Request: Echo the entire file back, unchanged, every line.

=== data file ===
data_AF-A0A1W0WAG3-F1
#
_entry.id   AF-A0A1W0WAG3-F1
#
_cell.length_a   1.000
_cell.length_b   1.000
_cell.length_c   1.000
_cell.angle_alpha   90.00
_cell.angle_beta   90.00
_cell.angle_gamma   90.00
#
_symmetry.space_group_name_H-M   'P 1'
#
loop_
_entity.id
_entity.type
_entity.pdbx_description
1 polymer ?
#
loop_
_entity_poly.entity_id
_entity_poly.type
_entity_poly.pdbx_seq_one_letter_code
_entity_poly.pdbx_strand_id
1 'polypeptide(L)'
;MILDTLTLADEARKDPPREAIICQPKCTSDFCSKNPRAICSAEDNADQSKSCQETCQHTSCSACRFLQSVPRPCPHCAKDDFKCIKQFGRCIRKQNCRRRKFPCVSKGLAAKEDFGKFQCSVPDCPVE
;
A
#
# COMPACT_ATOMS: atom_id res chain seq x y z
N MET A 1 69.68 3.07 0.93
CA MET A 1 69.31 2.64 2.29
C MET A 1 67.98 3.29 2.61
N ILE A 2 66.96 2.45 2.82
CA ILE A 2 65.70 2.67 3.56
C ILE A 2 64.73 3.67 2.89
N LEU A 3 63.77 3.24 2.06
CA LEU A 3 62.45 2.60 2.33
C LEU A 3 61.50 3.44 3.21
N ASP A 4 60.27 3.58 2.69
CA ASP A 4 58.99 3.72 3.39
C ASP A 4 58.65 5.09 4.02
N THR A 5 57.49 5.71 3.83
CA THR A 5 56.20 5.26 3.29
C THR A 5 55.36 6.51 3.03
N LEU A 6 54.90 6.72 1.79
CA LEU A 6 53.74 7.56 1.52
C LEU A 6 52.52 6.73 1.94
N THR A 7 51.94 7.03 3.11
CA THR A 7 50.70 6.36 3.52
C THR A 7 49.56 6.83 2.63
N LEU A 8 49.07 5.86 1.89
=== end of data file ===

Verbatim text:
data_AF-A0A1W0WAG3-F1
#
_entry.id   AF-A0A1W0WAG3-F1
#
_cell.length_a   1.000
_cell.length_b   1.000
_cell.length_c   1.000
_cell.angle_alpha   90.00
_cell.angle_beta   90.00
_cell.angle_gamma   90.00
#
_symmetry.space_group_name_H-M   'P 1'
#
loop_
_entity.id
_entity.type
_entity.pdbx_description
1 polymer ?
#
loop_
_entity_poly.entity_id
_entity_poly.type
_entity_poly.pdbx_seq_one_letter_code
_entity_poly.pdbx_strand_id
1 'polypeptide(L)'
;MILDTLTLADEARKDPPREAIICQPKCTSDFCSKNPRAICSAEDNADQSKSCQETCQHTSCSACRFLQSVPRPCPHCAKDDFKCIKQFGRCIRKQNCRRRKFPCVSKGLAAKEDFGKFQCSVPDCPVE
;
A
#
# COMPACT_ATOMS: atom_id res chain seq x y z
N MET A 1 69.68 3.07 0.93
CA MET A 1 69.31 2.64 2.29
C MET A 1 67.98 3.29 2.61
N ILE A 2 66.96 2.45 2.82
CA ILE A 2 65.70 2.67 3.56
C ILE A 2 64.73 3.67 2.89
N LEU A 3 63.77 3.24 2.06
CA LEU A 3 62.45 2.60 2.33
C LEU A 3 61.50 3.44 3.21
N ASP A 4 60.27 3.58 2.69
CA ASP A 4 58.99 3.72 3.39
C ASP A 4 58.65 5.09 4.02
N THR A 5 57.49 5.71 3.83
CA THR A 5 56.20 5.26 3.29
C THR A 5 55.36 6.51 3.03
N LEU A 6 54.90 6.72 1.79
CA LEU A 6 53.74 7.56 1.52
C LEU A 6 52.52 6.73 1.94
N THR A 7 51.94 7.03 3.11
CA THR A 7 50.70 6.36 3.52
C THR A 7 49.56 6.83 2.63
N LEU A 8 49.07 5.86 1.89